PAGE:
Perfectly Imperfect.



The life of a mom / student is definitely unpredictable, so I focus on researching ideas that would make my life and the lives of others more balanced and doable. So, when I realized that it’s not really possible to study and parent perfectly, I decided to blend the two. Now, audiobooks are my friends because carpool and commuting to work is where I spend the majority of my time. One of my favorites is The Seat of the Soul by Gary Zukav. In the foreword to the 25th edition of that text, they discuss how the book spoke to them and it’s usefulness. As I explored the book, I resonated with his concepts of authentic power vs. external power. The contents therein made me question the perception of power as strength, which led me to my research topic for 2019 on the evolution, fallacy and redefinition of the “Strong Black Woman”. I wanted to know if this stereotype was valid, and if black women had something buried deep within the psyche that forced them to be strong. Arguably, Oprah Winfrey, an African-American millionaire and Angelou, a poet and holder of over 70 honorary doctorates are one of the best depictions of this trope. Many women of all races and cultures look to their words as wisdom and light. Over the course of my research, I found several surprising issues that not only black women, but many women, struggle with in silence. I hope that my research will offer healing and hope to all.

Love is the most powerful force in the universe.


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Healing for Women

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If you choose to focus your attention on the strengths of others, on the virtues of others, on that part of others that strives for the highest, you run through your system the higher frequency currents of appreciation, acceptance and love. Your energy and influence radiate instantaneously from soul to soul. You become a more effective instrument of constructive change.
— Gary Zukav, The Seat of the Soul
The Seat of the Soul

Summer 2019 “Must Read”


Mom-Student-Teacher of Three

Regardless of what people say, I never consider myself a “good” mother. According to me, I am not present enough, or supportive enough. I don’t make dinner enough or force my kids to clean my house top to bottom each Saturday like a good mother should. Instead, I settle for dishes washed and put away most nights, garbage (and recycling) thrown out when it gets high, moderately clean floors and lemon pepper wings and veggie sticks at Wingstop for dinner instead of McDonald’s - because it’s on Keto. When we are living on the edge I order them cajun corn too.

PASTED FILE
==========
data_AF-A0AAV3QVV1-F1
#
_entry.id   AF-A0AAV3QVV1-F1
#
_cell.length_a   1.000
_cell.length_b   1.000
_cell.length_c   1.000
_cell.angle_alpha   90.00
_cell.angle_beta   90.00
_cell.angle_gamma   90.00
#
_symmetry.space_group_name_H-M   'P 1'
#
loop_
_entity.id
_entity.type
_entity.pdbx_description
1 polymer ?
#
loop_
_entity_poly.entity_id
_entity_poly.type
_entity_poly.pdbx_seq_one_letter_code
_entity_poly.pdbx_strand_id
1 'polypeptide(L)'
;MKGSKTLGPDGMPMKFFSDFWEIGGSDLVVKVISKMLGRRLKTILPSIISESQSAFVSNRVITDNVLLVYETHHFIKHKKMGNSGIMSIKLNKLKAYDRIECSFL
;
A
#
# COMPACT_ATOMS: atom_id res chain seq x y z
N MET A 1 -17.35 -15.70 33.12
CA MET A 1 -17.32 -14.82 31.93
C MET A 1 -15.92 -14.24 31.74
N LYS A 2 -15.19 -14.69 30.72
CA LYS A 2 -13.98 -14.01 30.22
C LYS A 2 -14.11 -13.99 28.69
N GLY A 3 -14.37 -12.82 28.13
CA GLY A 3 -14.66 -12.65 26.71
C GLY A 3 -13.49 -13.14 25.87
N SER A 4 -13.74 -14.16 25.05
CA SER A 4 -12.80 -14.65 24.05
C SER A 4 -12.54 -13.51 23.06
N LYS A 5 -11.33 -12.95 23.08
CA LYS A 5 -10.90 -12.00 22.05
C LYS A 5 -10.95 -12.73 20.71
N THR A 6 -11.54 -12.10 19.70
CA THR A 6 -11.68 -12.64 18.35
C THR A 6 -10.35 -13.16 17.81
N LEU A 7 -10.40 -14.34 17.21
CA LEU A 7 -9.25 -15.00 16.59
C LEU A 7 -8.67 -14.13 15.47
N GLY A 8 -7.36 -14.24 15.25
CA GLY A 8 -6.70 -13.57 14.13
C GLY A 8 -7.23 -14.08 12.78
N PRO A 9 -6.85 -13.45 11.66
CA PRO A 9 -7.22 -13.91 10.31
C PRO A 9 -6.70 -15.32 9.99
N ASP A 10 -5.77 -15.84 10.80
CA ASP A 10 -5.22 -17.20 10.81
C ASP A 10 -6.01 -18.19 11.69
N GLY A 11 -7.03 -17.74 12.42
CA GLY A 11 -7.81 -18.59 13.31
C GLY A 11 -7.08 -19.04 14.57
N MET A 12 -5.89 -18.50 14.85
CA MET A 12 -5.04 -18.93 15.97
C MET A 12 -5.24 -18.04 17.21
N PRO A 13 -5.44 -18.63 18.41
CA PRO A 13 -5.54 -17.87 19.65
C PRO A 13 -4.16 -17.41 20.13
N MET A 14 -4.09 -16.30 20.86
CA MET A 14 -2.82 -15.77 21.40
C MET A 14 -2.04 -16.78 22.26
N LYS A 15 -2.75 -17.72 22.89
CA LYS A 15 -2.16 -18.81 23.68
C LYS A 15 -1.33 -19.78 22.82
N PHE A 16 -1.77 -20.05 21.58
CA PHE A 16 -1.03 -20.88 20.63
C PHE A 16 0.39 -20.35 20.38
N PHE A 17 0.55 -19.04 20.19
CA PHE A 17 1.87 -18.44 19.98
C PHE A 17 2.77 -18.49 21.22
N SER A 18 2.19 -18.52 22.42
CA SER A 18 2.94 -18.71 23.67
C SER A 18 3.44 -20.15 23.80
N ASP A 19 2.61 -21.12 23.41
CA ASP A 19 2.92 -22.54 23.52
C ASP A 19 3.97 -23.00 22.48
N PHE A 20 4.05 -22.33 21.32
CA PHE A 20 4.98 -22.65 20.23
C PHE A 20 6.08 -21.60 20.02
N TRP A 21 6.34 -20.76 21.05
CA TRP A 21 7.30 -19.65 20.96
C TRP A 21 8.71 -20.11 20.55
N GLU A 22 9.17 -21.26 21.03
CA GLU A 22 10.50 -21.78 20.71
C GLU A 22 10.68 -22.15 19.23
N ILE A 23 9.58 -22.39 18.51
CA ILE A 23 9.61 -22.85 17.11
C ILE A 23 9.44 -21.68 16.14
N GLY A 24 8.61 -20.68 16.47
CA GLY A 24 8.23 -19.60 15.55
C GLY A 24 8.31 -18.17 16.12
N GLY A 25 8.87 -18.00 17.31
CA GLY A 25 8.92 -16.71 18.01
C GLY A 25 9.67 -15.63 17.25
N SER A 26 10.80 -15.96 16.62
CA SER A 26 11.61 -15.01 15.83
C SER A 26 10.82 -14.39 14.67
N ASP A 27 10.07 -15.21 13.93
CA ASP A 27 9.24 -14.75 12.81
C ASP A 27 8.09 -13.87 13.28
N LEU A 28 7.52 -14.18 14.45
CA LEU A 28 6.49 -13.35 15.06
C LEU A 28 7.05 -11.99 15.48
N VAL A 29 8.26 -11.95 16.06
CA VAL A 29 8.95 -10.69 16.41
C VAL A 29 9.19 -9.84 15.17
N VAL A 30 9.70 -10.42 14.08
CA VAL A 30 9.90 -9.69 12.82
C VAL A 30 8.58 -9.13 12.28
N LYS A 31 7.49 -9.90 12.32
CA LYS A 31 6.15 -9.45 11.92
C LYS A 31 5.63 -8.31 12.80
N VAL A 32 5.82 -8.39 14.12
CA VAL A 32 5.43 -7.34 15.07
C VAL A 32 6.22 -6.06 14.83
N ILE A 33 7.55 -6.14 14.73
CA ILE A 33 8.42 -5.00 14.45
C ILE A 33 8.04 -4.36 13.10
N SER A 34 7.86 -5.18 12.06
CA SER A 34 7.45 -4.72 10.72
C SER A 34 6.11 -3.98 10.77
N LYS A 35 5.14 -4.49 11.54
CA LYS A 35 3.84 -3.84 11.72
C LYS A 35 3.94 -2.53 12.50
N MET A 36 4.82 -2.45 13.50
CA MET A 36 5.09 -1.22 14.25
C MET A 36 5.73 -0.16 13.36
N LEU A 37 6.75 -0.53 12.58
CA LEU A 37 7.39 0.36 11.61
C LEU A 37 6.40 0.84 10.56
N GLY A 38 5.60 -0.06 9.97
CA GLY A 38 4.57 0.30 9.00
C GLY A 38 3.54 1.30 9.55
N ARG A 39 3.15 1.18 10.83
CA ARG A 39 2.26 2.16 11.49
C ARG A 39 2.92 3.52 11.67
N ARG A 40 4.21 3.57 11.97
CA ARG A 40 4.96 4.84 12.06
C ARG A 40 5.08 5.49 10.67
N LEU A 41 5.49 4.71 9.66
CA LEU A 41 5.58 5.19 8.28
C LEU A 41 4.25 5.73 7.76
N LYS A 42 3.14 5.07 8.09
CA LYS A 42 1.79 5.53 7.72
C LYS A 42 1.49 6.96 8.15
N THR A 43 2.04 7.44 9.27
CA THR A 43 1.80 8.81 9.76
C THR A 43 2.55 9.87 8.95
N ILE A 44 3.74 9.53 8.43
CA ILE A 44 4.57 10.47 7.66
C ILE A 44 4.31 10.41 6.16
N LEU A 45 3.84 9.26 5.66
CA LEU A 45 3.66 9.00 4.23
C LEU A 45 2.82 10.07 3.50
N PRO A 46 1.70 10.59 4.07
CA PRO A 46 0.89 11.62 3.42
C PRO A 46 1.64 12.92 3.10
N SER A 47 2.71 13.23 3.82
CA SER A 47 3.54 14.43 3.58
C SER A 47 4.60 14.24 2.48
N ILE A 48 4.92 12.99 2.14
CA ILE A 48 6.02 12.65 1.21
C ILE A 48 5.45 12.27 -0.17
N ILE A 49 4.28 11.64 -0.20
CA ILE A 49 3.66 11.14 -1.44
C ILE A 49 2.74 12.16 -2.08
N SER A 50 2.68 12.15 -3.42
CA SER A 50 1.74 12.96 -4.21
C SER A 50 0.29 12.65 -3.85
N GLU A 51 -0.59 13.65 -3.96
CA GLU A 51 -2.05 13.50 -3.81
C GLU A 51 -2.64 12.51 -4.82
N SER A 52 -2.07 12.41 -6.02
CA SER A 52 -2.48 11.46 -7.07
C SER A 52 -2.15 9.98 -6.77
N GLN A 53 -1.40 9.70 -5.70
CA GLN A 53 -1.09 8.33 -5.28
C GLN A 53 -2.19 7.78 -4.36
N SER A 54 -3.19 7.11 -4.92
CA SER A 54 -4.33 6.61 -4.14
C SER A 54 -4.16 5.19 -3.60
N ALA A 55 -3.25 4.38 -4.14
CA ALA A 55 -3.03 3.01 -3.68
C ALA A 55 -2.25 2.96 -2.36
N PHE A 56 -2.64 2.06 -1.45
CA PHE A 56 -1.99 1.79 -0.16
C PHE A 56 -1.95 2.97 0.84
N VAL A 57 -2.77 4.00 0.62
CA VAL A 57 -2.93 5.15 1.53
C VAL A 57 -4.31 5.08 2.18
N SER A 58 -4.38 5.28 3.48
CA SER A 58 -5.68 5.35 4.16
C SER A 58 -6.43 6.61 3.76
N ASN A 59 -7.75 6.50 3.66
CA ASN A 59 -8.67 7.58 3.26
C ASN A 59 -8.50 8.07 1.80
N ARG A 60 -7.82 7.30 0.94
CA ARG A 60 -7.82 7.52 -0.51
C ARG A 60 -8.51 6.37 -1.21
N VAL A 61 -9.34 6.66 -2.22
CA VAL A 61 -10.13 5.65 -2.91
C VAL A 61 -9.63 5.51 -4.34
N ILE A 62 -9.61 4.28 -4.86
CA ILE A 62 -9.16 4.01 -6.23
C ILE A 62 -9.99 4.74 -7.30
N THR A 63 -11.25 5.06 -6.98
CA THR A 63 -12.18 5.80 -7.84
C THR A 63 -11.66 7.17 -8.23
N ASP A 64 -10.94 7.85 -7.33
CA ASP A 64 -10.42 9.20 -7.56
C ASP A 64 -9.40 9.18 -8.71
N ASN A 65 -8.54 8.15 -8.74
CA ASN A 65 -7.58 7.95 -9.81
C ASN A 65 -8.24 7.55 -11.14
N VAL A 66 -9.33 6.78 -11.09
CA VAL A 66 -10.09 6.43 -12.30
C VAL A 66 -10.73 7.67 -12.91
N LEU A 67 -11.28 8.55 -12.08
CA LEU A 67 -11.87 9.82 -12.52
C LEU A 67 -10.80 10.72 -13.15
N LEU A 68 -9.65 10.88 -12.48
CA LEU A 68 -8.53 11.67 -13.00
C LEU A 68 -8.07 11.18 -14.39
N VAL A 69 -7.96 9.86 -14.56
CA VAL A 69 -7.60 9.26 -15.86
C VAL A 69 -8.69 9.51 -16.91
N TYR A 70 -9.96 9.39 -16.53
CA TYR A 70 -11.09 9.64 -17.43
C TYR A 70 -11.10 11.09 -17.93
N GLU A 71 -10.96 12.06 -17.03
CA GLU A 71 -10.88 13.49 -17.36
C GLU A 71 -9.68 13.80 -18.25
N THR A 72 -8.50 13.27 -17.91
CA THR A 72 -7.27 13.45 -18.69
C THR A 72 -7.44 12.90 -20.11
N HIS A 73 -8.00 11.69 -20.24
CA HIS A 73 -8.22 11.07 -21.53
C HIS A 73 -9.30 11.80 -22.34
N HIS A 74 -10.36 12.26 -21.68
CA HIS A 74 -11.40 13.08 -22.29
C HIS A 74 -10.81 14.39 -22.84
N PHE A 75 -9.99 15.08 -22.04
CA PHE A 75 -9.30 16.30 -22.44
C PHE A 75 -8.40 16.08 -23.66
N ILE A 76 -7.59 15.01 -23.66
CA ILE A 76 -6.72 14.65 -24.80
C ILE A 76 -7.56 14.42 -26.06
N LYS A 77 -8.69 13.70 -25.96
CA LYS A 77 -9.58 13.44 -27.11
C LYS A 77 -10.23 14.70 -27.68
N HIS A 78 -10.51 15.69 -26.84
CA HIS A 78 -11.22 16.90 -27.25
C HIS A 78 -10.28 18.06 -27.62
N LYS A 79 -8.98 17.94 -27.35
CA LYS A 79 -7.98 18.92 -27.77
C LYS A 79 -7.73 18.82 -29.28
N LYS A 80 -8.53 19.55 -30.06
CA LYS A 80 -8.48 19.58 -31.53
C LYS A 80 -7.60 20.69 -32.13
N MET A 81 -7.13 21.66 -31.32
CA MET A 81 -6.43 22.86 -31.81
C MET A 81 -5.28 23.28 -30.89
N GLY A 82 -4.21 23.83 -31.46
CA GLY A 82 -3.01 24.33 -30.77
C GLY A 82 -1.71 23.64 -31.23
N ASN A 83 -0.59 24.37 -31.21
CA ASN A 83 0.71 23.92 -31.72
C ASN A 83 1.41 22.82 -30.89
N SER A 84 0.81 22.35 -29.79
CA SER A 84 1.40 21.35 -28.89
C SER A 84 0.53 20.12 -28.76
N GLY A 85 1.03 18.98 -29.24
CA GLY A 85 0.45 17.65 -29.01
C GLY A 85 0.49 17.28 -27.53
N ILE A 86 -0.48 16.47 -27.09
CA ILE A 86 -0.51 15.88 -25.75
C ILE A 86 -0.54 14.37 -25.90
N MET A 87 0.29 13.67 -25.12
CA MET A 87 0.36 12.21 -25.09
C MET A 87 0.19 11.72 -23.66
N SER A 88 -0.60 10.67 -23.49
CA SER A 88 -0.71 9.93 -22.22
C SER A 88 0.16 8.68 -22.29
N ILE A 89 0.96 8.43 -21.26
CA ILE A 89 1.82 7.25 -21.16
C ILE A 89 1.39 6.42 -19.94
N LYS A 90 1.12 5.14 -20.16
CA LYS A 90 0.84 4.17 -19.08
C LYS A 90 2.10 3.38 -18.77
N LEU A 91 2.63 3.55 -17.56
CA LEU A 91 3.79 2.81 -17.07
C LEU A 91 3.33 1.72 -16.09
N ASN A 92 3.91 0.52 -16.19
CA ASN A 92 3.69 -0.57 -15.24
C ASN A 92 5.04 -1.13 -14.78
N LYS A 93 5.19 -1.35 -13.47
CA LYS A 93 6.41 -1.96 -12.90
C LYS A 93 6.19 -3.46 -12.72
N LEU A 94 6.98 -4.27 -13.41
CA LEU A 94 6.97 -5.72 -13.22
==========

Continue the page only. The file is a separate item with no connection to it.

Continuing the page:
I am first generation suburban mom, so I am having to figure a few things out. I grew up in the inner-city of Dallas, and things were quite different than they are on the mean streets of Plano. Our schedules are crazy busy all of the time, because out here, you have to be at the top of your game in everything in order compete. It seems like you have to be, well… perfect.

Coming from an urban background and learning to live in suburbia offered me an unexpected learning curve. My daughters’ and son’s friends parents come from all over the world, and we are all learning this suburban lifestyle together. One of the things I have found most interesting is how our children’s different cultural backgrounds influence each other. It seems like the amalgamation of cultures produce a more tolerant global outlook on race and culture, and it has made me question what I teach my children about being black versus what I teach them about being human.

As I have shifted my own view of the world toward a more universal global perspective, I have found that my relationship with my children has deepened and their wisdom has increased. It occurred to me that I am continuing a tradition both my father and mother nurtured in me. They taught me that everyone, regardless of their race is the same, and that we are no better nor worse than anyone else. In the same way, I am passing down to my children a legacy of respect for all, inclusiveness and unity. I feel this is the path of good parenting as it fosters internal and external healing for both my children and the people they encounter. Handing a fear-based ideology of “us and them” to ones children around the dinner table continues the process of fragmenting people, communities, nations, and ultimately the world. To heal our world, we must heal the minds of our children so that they can see themselves and others responsibly.

I had to grow to accept that my parenting style is perfectly imperfect. If you want to know more about how we live keep reading.